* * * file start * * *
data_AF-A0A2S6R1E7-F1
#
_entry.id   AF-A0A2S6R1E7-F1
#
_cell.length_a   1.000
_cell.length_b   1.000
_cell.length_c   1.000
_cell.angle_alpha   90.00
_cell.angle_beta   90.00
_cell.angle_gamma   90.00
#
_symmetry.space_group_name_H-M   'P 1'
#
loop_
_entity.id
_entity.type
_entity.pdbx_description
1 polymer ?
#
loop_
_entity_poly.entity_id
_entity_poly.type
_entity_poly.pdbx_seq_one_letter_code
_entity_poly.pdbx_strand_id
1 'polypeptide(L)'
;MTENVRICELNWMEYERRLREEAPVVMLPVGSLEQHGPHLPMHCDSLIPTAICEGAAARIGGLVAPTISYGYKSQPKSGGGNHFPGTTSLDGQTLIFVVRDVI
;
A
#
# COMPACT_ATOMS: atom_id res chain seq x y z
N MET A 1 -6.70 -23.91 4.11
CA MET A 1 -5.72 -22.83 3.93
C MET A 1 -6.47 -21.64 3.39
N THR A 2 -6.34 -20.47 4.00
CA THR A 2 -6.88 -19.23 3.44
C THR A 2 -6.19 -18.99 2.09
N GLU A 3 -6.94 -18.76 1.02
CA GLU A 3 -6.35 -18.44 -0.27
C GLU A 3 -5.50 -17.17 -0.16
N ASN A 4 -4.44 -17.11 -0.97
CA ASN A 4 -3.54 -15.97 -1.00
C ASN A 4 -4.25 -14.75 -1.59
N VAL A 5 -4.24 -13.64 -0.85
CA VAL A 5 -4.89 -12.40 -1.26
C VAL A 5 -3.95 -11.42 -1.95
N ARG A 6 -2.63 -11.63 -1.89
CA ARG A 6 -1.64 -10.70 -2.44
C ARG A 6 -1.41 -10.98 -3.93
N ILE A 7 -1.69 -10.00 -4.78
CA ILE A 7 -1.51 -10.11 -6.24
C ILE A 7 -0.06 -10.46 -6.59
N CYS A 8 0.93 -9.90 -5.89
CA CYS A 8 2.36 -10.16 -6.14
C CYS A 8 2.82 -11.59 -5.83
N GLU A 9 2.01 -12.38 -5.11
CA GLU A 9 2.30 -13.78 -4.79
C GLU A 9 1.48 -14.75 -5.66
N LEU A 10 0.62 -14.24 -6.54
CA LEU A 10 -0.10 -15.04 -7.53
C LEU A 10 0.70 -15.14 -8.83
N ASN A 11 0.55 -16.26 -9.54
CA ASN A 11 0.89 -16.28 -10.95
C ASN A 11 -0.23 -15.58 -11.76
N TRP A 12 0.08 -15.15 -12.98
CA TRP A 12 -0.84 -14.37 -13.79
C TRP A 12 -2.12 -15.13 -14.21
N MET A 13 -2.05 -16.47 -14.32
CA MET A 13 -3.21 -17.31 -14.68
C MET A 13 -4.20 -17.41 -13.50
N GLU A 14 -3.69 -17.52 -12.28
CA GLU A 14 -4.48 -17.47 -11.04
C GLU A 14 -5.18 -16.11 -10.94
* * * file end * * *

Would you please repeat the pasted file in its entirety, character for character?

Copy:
data_AF-A0A2S6R1E7-F1
#
_entry.id   AF-A0A2S6R1E7-F1
#
_cell.length_a   1.000
_cell.length_b   1.000
_cell.length_c   1.000
_cell.angle_alpha   90.00
_cell.angle_beta   90.00
_cell.angle_gamma   90.00
#
_symmetry.space_group_name_H-M   'P 1'
#
loop_
_entity.id
_entity.type
_entity.pdbx_description
1 polymer ?
#
loop_
_entity_poly.entity_id
_entity_poly.type
_entity_poly.pdbx_seq_one_letter_code
_entity_poly.pdbx_strand_id
1 'polypeptide(L)'
;MTENVRICELNWMEYERRLREEAPVVMLPVGSLEQHGPHLPMHCDSLIPTAICEGAAARIGGLVAPTISYGYKSQPKSGGGNHFPGTTSLDGQTLIFVVRDVI
;
A
#
# COMPACT_ATOMS: atom_id res chain seq x y z
N MET A 1 -6.70 -23.91 4.11
CA MET A 1 -5.72 -22.83 3.93
C MET A 1 -6.47 -21.64 3.39
N THR A 2 -6.34 -20.47 4.00
CA THR A 2 -6.88 -19.23 3.44
C THR A 2 -6.19 -18.99 2.09
N GLU A 3 -6.94 -18.76 1.02
CA GLU A 3 -6.35 -18.44 -0.27
C GLU A 3 -5.50 -17.17 -0.16
N ASN A 4 -4.44 -17.11 -0.97
CA ASN A 4 -3.54 -15.97 -1.00
C ASN A 4 -4.25 -14.75 -1.59
N VAL A 5 -4.24 -13.64 -0.85
CA VAL A 5 -4.89 -12.40 -1.26
C VAL A 5 -3.95 -11.42 -1.95
N ARG A 6 -2.63 -11.63 -1.89
CA ARG A 6 -1.64 -10.70 -2.44
C ARG A 6 -1.41 -10.98 -3.93
N ILE A 7 -1.69 -10.00 -4.78
CA ILE A 7 -1.51 -10.11 -6.24
C ILE A 7 -0.06 -10.46 -6.59
N CYS A 8 0.93 -9.90 -5.89
CA CYS A 8 2.36 -10.16 -6.14
C CYS A 8 2.82 -11.59 -5.83
N GLU A 9 2.01 -12.38 -5.11
CA GLU A 9 2.30 -13.78 -4.79
C GLU A 9 1.48 -14.75 -5.66
N LEU A 10 0.62 -14.24 -6.54
CA LEU A 10 -0.10 -15.04 -7.53
C LEU A 10 0.70 -15.14 -8.83
N ASN A 11 0.55 -16.26 -9.54
CA ASN A 11 0.89 -16.28 -10.95
C ASN A 11 -0.23 -15.58 -11.76
N TRP A 12 0.08 -15.15 -12.98
CA TRP A 12 -0.84 -14.37 -13.79
C TRP A 12 -2.12 -15.13 -14.21
N MET A 13 -2.05 -16.47 -14.32
CA MET A 13 -3.21 -17.31 -14.68
C MET A 13 -4.20 -17.41 -13.50
N GLU A 14 -3.69 -17.52 -12.28
CA GLU A 14 -4.48 -17.47 -11.04
C GLU A 14 -5.18 -16.11 -10.94